Not so long ago, there used to be separate rooms for computers because they were that huge. However, with time, computers got smaller – today, they easily rest on your lap or even around your wrists. So, it would not be illogical to predict the fate of computers; many already foresee this technology embedded in our surroundings. Raj Sodhi calls it ‘ubiquitous user interface’. Wondering who he is? He is the co-founder of Lightform which is a start-up that is working on turning full-room projection mapping into living room technology.
This technology had not only been technically complex in the past but was also way too expensive. However, with Lightform in the picture, Raj Sodhi and his colleagues are all set to fully automate this process thus bringing down its cost as well as complexity. Projection mapping, also known as projected augmented reality, basically uses video projectors to cast light on pretty much all surfaces be it buildings, faces or living rooms.
If you look at the Lightform, you won’t believe it is a computer but that is exactly what it is. It fits a high resolution camera and a processor inside a small box. All you need to do is attach this box to any projector through an HDMI cable, and the projector will show you a series of grids onto the room. Using these grids, the Lightform’s camera evaluate the dimensions and location of various objects present in the vicinity. In case you decide to move the coffee table on the corner, Lightform will be updated as it has the ability to periodically scan the room. Once the initial scanning is done, the processor transforms the obtained information into a 3-D map of surfaces onto which the projector casts light. Sodhi explained, “Having a high resolution scan means that every projector pixel has a corresponding real world location.”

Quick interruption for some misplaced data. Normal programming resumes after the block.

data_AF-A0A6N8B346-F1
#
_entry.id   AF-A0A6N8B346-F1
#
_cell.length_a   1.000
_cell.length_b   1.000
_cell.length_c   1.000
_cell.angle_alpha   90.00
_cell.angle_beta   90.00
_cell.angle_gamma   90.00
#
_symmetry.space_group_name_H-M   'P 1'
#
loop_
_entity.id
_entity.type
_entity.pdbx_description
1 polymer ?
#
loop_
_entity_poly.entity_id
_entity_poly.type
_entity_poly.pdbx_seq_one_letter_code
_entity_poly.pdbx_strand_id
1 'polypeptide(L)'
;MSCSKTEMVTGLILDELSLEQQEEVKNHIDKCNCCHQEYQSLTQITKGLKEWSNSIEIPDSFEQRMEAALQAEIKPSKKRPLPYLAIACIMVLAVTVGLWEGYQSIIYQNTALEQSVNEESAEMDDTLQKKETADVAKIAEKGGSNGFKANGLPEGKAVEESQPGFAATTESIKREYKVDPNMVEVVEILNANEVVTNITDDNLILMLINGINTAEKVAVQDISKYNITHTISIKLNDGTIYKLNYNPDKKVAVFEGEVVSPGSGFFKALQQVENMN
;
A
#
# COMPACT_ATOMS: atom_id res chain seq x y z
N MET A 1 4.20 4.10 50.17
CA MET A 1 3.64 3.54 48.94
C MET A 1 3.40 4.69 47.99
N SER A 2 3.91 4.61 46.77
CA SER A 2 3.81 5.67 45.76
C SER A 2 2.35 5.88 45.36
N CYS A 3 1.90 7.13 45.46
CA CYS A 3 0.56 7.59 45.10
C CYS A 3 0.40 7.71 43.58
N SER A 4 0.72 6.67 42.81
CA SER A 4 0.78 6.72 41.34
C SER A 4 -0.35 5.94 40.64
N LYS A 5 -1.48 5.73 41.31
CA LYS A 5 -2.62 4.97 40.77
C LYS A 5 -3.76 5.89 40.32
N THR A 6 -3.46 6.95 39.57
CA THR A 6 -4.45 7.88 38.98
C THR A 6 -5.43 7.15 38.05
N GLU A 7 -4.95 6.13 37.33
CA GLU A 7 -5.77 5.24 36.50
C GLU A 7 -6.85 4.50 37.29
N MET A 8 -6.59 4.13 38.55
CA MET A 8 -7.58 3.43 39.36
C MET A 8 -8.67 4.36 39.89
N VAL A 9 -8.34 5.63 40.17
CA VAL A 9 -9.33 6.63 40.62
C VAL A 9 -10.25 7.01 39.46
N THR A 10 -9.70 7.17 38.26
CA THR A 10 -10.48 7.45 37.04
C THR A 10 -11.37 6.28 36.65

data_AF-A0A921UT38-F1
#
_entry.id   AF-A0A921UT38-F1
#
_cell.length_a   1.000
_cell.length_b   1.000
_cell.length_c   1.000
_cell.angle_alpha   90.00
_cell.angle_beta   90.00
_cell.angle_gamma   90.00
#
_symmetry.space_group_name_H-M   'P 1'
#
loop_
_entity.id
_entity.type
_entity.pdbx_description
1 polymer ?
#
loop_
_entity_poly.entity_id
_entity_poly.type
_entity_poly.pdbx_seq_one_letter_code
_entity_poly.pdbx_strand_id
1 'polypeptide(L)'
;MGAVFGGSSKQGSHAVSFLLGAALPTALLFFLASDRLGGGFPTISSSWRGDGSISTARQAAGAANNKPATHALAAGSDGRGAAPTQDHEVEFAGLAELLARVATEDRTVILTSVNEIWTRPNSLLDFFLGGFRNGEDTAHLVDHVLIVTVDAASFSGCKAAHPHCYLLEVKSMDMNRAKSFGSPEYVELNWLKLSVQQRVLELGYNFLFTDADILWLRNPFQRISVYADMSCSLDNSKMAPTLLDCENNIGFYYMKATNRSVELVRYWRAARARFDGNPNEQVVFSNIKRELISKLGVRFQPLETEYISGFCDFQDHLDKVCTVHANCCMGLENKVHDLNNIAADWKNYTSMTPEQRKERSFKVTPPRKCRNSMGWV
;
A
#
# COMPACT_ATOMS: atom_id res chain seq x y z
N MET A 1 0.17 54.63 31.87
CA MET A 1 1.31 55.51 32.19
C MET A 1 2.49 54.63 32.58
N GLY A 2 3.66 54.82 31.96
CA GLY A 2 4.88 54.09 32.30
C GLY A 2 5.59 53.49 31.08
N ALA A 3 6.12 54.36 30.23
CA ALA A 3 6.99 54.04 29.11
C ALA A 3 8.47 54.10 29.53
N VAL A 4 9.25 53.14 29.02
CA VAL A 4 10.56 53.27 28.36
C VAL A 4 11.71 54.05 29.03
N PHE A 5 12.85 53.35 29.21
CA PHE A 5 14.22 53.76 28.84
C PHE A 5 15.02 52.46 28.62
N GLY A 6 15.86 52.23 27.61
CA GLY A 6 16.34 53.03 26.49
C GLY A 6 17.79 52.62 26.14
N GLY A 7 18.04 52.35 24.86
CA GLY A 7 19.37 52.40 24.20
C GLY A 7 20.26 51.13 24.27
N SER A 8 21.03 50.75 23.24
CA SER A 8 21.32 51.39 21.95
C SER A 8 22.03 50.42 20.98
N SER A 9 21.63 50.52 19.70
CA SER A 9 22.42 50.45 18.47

So, what can you do with Lightform? You can convert anything in a room to a screen as long as the projector’s light can reach the chosen surface. For instance, you can watch a movie on your living room’s wall or display artsy patterns on a table. The company showed how Lightform can be used to show menu on a plain blackboard or alert the owner of a plant in need of water (in this case the Lightform shows an illuminated raindrop on the outside of a planter).
Conventionally, artists manually align the pixels with the environment to make a projection map and every time they want an object to move, they have to repeat the process – making it a tedious and a time-consuming task. The automation of this very process through the Lighform software has led to fine-tune alignments in sync with the object’s motion. Co-founder of Argodesign, Mark Rolston, said, “They’re helping solve the randomness of 3-D space. When you think about the wildness of the world, that’s a non-trivial problem to solve.”
The company aims to develop high-resolution augmented reality projections that can track objects and respond to human instructions as their end goal is to make projected light so functional and ubiquitous that it replaces screens as we know them in daily life. Sodhi added, “Really what we’re doing is bringing computing out into the real world where we live.”
h/t: Design Boom